Of all the aspects of the postwar crisis, monetary inflation was most keenly felt by the population at large. It wiped out savings, but also wiped out debts. Farmers found their burden of debt lightened while prices for their products rose. People who had bought war bonds suffered because inflation diminished the value of these bonds, while governments were relieved of much of the domestic debt they had built up during the war—it amounted to unannounced repudiation. The imbalances created by inflation were so widespread that in 1920 the League of Nations convened an International Financial Conference in Brussels to discuss the matter. The following document, from the introduction to the report of the Conference, indicates some of the general aspects of the postwar inflation.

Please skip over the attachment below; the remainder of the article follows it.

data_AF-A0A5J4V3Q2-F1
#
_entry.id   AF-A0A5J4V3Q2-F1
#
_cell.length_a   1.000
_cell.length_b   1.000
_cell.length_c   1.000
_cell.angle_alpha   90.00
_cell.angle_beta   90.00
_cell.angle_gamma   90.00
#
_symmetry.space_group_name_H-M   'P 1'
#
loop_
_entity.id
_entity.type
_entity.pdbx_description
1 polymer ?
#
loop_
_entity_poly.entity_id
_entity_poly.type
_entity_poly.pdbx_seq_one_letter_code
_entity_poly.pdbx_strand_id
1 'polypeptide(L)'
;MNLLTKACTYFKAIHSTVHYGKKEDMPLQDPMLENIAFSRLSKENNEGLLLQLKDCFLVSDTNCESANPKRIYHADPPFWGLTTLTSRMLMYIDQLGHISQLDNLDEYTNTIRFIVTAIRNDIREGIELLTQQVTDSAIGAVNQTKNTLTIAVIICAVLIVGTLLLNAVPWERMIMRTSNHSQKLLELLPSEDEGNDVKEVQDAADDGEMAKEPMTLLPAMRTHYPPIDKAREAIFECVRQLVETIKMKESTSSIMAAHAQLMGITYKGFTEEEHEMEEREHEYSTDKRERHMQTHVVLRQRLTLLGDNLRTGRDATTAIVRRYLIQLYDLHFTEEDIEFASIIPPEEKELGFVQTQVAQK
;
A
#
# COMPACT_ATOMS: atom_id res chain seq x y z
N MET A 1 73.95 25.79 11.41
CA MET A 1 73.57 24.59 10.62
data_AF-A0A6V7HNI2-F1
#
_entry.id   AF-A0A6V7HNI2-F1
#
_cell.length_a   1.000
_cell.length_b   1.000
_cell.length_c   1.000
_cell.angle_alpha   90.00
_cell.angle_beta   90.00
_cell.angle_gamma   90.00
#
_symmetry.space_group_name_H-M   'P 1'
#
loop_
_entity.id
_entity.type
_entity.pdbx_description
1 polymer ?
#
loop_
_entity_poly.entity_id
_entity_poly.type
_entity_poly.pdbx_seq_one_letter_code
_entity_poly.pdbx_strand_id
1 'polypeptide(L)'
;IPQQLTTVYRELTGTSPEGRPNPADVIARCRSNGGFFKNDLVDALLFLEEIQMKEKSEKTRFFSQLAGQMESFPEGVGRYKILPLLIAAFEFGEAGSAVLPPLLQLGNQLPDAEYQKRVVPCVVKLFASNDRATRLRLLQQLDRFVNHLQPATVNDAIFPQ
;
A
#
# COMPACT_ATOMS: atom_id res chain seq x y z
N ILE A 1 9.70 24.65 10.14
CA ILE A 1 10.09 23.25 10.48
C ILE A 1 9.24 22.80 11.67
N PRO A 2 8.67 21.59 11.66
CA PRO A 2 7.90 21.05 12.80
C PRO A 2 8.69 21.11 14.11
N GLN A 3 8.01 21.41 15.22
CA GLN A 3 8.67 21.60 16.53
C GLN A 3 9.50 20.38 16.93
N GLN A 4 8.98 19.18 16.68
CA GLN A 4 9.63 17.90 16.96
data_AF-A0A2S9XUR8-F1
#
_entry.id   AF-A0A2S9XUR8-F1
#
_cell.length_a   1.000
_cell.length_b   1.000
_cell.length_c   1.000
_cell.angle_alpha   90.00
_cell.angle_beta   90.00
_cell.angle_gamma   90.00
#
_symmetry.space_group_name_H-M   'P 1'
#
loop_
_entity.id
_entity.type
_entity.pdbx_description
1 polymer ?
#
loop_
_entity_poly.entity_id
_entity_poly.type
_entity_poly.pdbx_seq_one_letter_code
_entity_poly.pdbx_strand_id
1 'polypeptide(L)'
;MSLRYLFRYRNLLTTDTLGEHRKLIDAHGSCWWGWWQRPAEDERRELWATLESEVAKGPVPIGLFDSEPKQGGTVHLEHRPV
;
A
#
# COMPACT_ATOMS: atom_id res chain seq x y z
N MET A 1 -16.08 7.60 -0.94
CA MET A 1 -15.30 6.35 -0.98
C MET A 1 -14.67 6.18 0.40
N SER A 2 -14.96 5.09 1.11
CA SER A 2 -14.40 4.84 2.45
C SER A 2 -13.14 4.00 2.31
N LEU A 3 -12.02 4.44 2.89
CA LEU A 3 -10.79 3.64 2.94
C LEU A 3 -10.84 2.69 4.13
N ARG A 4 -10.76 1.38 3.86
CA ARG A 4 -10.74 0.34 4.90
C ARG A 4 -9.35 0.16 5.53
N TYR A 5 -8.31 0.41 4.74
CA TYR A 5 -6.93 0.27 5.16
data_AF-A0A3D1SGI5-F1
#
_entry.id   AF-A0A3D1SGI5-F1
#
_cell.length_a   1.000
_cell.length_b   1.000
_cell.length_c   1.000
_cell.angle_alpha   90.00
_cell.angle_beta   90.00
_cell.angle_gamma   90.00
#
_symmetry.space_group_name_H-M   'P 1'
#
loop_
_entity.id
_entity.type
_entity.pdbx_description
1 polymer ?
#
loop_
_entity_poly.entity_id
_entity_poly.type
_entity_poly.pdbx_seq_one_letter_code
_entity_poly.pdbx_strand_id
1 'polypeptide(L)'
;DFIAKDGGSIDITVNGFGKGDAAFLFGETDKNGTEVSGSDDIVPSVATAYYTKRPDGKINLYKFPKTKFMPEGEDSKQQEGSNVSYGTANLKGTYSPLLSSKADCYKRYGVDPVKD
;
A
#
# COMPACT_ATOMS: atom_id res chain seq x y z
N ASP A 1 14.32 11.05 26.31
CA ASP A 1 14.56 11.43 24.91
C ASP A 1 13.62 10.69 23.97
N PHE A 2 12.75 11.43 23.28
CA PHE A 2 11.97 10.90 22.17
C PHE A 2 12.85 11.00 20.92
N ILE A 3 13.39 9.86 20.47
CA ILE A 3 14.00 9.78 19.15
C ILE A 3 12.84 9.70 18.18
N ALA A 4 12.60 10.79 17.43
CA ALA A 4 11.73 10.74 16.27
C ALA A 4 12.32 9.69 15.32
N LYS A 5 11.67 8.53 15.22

KeywordsTrade Balance International Financial Capital Expenditure External Debt Economic Position
Unable to display preview. Download preview PDF.